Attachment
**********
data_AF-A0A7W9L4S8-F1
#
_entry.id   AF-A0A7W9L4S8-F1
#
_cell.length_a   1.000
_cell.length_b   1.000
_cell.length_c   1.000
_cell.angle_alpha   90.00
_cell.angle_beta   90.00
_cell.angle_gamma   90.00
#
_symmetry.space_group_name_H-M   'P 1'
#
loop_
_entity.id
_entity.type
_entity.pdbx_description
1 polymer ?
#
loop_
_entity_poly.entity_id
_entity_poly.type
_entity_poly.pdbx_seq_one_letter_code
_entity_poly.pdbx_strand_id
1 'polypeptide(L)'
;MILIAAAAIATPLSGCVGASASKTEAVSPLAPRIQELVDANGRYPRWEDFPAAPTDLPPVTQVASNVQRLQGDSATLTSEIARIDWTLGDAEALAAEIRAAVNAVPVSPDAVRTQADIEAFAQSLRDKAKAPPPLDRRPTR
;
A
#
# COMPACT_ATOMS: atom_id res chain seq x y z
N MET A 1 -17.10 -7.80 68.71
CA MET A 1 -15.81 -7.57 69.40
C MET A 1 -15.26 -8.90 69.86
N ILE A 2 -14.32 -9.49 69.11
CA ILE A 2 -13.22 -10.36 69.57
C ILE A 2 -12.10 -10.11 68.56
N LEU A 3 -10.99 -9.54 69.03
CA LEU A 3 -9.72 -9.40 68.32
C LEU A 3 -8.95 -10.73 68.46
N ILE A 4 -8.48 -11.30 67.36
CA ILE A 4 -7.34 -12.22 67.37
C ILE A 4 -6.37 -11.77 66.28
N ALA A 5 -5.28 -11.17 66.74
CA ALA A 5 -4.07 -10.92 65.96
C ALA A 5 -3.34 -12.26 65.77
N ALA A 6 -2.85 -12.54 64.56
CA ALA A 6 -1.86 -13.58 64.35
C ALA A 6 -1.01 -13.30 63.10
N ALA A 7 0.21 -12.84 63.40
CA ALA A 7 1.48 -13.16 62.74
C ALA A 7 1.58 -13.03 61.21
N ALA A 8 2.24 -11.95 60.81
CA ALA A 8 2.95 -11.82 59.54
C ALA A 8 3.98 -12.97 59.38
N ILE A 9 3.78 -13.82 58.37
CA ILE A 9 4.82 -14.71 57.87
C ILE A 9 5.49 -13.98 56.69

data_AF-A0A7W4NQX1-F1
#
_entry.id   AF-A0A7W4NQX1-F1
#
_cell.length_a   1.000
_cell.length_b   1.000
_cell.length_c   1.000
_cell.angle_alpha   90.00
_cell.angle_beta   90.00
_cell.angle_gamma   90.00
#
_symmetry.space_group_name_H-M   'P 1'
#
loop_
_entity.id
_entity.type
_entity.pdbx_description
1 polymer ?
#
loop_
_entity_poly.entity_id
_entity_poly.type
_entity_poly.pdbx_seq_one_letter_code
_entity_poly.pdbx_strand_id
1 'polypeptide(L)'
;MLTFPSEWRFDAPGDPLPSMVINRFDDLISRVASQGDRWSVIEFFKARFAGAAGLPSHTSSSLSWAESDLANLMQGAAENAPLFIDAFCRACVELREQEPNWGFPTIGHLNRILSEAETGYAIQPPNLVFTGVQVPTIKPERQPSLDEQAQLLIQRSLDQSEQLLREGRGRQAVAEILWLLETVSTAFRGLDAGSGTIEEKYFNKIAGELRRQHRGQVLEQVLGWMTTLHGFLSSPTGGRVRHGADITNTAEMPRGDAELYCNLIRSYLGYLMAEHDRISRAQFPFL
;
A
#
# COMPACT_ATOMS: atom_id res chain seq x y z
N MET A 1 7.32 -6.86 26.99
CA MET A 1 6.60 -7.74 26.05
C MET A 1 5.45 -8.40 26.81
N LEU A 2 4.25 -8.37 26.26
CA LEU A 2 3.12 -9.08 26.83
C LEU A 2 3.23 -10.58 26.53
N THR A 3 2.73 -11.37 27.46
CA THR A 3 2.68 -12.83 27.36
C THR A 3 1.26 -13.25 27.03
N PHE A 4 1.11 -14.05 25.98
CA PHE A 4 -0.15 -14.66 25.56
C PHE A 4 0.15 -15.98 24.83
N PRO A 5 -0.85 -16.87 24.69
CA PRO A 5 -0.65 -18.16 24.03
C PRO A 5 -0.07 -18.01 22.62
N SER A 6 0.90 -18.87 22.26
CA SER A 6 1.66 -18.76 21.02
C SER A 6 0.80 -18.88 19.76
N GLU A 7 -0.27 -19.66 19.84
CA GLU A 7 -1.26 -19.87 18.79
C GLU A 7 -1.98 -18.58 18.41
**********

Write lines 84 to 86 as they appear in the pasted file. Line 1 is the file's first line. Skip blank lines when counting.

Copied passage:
;
A
#